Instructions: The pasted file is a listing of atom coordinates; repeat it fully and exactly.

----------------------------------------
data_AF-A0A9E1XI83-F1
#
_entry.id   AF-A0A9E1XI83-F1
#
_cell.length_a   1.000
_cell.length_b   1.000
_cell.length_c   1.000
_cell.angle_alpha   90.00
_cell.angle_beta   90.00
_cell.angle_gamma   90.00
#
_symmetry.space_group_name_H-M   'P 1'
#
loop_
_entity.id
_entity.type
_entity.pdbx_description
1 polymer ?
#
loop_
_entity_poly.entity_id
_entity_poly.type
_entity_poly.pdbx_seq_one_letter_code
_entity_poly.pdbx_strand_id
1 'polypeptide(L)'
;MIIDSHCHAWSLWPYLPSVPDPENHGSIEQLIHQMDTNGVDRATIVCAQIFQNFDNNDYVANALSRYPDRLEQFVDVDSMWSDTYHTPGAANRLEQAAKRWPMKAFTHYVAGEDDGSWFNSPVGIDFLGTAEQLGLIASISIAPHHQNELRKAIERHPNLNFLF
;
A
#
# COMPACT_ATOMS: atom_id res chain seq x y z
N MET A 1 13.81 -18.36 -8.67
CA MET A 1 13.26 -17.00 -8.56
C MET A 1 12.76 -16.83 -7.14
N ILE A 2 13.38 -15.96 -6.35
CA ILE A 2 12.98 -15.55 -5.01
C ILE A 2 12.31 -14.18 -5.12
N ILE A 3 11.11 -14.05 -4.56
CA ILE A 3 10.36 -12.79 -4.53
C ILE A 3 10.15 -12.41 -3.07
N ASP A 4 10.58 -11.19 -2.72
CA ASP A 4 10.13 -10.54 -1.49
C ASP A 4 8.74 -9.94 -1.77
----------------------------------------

data_AF-A0A9E1XI83-F1
#
_entry.id   AF-A0A9E1XI83-F1
#
_cell.length_a   1.000
_cell.length_b   1.000
_cell.length_c   1.000
_cell.angle_alpha   90.00
_cell.angle_beta   90.00
_cell.angle_gamma   90.00
#
_symmetry.space_group_name_H-M   'P 1'
#
loop_
_entity.id
_entity.type
_entity.pdbx_description
1 polymer ?
#
loop_
_entity_poly.entity_id
_entity_poly.type
_entity_poly.pdbx_seq_one_letter_code
_entity_poly.pdbx_strand_id
1 'polypeptide(L)'
;MIIDSHCHAWSLWPYLPSVPDPENHGSIEQLIHQMDTNGVDRATIVCAQIFQNFDNNDYVANALSRYPDRLEQFVDVDSMWSDTYHTPGAANRLEQAAKRWPMKAFTHYVAGEDDGSWFNSPVGIDFLGTAEQLGLIASISIAPHHQNELRKAIERHPNLNFLF
;
A
#
# COMPACT_ATOMS: atom_id res chain seq x y z
N MET A 1 13.81 -18.36 -8.67
CA MET A 1 13.26 -17.00 -8.56
C MET A 1 12.76 -16.83 -7.14
N ILE A 2 13.38 -15.96 -6.35
CA ILE A 2 12.98 -15.55 -5.01
C ILE A 2 12.31 -14.18 -5.12
N ILE A 3 11.11 -14.05 -4.56
CA ILE A 3 10.36 -12.79 -4.53
C ILE A 3 10.15 -12.41 -3.07
N ASP A 4 10.58 -11.19 -2.72
CA ASP A 4 10.13 -10.54 -1.49
C ASP A 4 8.74 -9.94 -1.77